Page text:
Stock-Drop Case against UBS Tossed

A federal judge in New York threw out a stock-drop lawsuit against UBS AG and UBS Financial Services Inc.

U.S. District Judge Richard J. Sullivan of the U.S. District Court for the Southern District of New York dismissed the action against the UBS companies after ruling plaintiffs would have to prove that plan fiduciaries abused their discretion in keeping company stock as a retirement plan investment  option– a bar he said plaintiffs were unable to cross. Sullivan said his ruling came despite the 69% drop in UBS share price.

As do many jurists handling stock-drop cases, Sullivan applied the presumption of prudence typically awarded to fiduciaries who offer company stock in their defined contribution plans. UBS’ difficulties did not rise to the level of “catastrophic failure” that would be necessary to overcome the presumption, Sullivan asserted.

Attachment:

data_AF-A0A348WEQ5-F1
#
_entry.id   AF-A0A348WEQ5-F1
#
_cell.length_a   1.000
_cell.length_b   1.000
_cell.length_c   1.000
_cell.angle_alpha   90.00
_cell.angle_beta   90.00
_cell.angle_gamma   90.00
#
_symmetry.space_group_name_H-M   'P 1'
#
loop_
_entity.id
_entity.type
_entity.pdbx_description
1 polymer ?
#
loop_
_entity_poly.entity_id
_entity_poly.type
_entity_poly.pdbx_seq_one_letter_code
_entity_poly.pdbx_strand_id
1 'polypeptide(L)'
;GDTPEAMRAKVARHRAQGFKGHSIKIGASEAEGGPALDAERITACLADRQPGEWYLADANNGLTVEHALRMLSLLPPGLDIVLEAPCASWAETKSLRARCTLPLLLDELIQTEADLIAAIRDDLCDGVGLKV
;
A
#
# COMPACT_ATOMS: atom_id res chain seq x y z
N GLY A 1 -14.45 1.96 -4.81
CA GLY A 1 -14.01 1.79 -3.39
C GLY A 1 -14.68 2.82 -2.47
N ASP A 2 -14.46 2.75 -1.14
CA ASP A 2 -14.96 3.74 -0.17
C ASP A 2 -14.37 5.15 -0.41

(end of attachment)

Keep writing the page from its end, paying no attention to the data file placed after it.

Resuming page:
“Given that, throughout the class period, UBS never reached the brink of imminent collapse, there remained a possibility that the value of UBS stock would rebound. In light of this possibility, and given that each plan presupposed that the fiduciaries would make the UBS Stock Fund available to plan participants, Defendants cannot be said to have abused their discretion,” the court said.

The UBS employees alleged that UBS stock was imprudent investment because of the share price decline from March 13, 2007, to October 16, 2008. The employees linked this substantial decline in UBS stock price to the impact of the housing market meltdown among other factors.

The case is In re UBS AG ERISA Litigation, S.D.N.Y., No. 1:08-cv-06696-RJS.